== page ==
Camera strap clips

I'm picky when it comes to camera straps. I have used the standard Canon, Konica Minolta and Sony straps that came with the cameras I own, and ironically, the strap that came with the Canon Powershot S1 is the most comfortable of those. Unfortunately it says "Canon Powershot" and is an ugly silvery color. Then I found the Optech pro loop strap, and never looked back as far as neck comfort goes. It detaches very quickly as well. Great strap.

However, the Optech strap doesn't detach completely and I can't stand dangling bits when I have no need for a strap. But getting the dangling ends off and putting them on every other day is an annoying chore. I am seriously baffled by the inability of the camera industry to come up with a standardized, convenient way to attach and detach straps, leaving no dangling parts on the camera body. Guitar and bass guitar straps have a standard, which is not a very good one, but at least it's a standard. Even then, if you want something more advanced, you simply exchange strap systems, for instance into the excellent Schaller strap locks I've been using for almost 20 years. It works with every single guitar strap, and it fits onto every single (bass) guitar body.

So I searched for the ultimate fast strap connectors. It all seemed so simple: the German brand Hama make these here clips:

Hama marks them as "best seller" even though you get hooks less sturdy than the ones pictured. The clips detach any strap fully in seconds. However, when they're on your camera, they annoyingly get in the way of your right thumb and index finger when you're in portrait mode. Holding the clip and strap flush against the right side of the camera body is somewhat painful with a heavy lens and will probably scratch the camera's finish. In short: still too much dangling bits.

Being the self-proclaimed handyman that I am, I figured I could cook up something myself.

I made a preliminary pair of strap clips. They're extremely compact and detach in a few seconds. Not only that, but the clips aren't permanently attached to anything, so you can also change straps in seconds. No tools are required (although using a normal bolt instead of a knurled pin makes it even more compact). They don't depend on the standard triangular connectors, but instead attach directly to the camera's strap eyelets. There's one disadvantage: in their present form, they only work with higher-end SLR bodies with those triangular connectors, not with cameras that have slot lugs.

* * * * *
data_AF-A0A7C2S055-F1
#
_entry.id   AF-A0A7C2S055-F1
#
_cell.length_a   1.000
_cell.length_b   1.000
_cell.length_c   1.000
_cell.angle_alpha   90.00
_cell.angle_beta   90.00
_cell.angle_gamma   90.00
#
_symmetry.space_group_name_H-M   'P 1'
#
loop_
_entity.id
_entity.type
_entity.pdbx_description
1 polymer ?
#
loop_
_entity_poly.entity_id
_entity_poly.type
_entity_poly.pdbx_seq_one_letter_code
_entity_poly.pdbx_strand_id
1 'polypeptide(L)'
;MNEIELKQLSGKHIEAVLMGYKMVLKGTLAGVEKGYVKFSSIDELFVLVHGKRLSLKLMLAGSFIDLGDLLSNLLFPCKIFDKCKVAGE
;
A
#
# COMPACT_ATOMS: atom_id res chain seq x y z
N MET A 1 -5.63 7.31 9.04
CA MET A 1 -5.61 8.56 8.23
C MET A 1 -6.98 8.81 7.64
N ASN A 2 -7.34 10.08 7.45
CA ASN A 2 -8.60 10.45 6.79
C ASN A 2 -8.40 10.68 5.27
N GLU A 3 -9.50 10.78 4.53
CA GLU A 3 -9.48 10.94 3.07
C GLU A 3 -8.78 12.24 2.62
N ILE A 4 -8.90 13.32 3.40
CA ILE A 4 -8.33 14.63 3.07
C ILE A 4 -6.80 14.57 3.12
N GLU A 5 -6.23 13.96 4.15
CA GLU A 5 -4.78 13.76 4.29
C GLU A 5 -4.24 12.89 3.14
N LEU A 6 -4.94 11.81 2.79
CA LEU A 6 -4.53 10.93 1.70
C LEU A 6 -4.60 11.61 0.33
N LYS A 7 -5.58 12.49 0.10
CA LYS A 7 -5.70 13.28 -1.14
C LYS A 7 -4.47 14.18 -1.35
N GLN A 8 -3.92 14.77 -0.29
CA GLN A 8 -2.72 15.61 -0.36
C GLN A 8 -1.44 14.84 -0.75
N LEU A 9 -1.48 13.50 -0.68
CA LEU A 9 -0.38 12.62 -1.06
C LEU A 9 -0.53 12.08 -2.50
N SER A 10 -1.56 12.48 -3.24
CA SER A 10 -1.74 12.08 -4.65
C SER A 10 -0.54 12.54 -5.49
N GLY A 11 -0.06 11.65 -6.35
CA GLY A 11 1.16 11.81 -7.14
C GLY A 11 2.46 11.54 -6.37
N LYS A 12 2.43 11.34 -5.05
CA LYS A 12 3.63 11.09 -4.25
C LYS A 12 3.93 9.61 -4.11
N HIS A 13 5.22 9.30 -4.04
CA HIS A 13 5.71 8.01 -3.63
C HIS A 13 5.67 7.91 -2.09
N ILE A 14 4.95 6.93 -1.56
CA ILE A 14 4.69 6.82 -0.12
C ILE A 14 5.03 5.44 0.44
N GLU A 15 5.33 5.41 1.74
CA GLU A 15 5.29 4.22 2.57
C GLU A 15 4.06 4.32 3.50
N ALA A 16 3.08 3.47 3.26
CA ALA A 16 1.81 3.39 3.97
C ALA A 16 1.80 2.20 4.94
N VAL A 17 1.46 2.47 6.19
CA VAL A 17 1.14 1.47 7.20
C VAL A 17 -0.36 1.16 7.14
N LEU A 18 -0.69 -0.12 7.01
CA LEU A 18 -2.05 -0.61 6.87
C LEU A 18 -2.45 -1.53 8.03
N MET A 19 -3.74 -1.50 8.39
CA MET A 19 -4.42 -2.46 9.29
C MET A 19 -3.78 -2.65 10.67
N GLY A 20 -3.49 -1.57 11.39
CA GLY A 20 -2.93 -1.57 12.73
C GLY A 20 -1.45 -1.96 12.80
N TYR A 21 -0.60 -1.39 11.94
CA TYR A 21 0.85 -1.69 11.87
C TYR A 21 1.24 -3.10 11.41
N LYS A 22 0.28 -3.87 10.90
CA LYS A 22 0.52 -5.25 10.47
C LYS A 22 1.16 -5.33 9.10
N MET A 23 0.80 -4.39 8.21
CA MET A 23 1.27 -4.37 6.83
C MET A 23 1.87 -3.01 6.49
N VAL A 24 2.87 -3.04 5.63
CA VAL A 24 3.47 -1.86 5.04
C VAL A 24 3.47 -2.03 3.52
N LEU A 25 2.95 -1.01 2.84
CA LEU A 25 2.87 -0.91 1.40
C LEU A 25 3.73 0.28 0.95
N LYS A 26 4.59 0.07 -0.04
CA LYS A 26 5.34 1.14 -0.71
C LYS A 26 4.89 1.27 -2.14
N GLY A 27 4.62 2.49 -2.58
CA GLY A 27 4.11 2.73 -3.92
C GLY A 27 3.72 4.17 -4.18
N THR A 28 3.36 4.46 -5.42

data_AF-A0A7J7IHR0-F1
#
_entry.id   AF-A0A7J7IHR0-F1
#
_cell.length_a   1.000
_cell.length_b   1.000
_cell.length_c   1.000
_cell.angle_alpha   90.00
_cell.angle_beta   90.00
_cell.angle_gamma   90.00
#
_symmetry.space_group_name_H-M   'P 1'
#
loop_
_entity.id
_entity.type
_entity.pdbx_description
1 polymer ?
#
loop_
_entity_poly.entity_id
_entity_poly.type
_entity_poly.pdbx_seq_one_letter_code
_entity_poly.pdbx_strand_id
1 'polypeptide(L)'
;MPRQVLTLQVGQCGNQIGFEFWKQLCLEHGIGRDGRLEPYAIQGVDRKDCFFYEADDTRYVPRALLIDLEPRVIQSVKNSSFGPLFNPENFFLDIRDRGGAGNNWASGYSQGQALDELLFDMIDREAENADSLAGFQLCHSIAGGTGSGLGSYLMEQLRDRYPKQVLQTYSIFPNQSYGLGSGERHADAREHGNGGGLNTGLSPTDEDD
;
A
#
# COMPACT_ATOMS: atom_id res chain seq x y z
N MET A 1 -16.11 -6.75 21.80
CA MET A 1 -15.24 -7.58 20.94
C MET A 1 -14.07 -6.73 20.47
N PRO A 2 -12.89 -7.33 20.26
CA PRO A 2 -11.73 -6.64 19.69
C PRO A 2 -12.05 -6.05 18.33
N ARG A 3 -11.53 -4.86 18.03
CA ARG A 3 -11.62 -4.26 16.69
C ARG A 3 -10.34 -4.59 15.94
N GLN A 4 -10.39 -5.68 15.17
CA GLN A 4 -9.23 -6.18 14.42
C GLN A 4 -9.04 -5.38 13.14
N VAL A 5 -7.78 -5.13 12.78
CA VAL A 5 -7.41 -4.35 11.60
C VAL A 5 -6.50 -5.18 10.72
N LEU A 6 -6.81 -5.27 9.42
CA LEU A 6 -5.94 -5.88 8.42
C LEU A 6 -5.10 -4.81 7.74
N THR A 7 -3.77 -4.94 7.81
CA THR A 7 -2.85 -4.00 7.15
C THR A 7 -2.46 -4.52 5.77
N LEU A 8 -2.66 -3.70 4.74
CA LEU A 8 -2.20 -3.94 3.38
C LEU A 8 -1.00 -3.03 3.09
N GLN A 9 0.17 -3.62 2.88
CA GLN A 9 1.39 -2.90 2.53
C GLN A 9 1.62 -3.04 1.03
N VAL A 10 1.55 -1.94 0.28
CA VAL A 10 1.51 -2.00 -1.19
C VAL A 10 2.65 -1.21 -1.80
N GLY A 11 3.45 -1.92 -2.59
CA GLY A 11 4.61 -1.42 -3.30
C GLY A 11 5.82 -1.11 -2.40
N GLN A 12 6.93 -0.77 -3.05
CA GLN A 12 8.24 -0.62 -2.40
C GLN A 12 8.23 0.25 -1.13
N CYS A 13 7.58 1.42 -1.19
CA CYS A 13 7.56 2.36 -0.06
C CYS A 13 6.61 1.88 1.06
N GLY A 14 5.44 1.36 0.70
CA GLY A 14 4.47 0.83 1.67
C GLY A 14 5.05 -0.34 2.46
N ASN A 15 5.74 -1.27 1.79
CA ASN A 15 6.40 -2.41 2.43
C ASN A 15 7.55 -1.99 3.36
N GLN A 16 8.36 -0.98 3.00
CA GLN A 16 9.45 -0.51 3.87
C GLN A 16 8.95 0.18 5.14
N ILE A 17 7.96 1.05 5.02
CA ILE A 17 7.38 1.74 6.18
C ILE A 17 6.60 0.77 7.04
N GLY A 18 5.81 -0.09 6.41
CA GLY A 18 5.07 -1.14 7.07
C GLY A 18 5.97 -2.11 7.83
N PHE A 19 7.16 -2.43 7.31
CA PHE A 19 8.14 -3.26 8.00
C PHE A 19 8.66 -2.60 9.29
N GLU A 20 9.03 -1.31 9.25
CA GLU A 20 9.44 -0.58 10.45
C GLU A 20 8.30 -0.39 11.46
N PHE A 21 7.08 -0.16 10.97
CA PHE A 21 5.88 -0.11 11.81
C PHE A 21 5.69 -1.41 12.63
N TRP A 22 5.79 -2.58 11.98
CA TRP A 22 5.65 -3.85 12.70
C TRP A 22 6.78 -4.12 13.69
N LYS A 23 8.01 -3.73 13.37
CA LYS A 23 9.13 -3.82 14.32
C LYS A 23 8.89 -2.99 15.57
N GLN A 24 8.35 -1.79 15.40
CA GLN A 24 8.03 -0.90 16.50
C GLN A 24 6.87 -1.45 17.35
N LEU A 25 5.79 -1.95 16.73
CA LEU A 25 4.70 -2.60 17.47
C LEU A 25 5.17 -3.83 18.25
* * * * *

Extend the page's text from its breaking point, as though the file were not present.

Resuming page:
Click thumbnails to zoom in. Click again to zoom out, or use cursor keys to walk through all images.

1. These are the clips. Two steel strips with threaded holes. On one end, there's a M2.5 x 10 mm bolt with a nylon tube for the strap end. On the other end, there's a lock pin with a threaded end and a knurled head.
1  

1. These are the clips. Two steel strips with threaded holes. On one end, there's a M2.5 x 10 mm bolt with a nylon tube for the strap end. On the other end, there's a lock pin with a threaded end and a knurled head.

2. This is what it actually looks like. It really is very compact, especially when you use a second bolt instead of the knurled pin. But that defeats the purpose of "quick on and off".
2  

2. This is what it actually looks like. It really is very compact, especially when you use a second bolt instead of the knurled pin. But that defeats the purpose of "quick on and off".


The sides were made from tapped strips used for mounting backplanes and modules in industrial 19" subracks (VeroTec EuroTec caseframes), the knurled pins are used to temporary secure the modules in those caseframes. You could of course, get an M2.5 hand tap tool, pre-drill with a 2 mm bit and thread the strips yourself out of a scrap piece of steel. The knurled pin could be made out of a slightly longer bolt with tightened hex nuts for the knurled part. The nylon tube can also be replaced by a number of hex nuts.

Now these are preliminary. I intend to make something that's less fiddly and better looking, preferrably made out of a single part and a lock pin.

Comments

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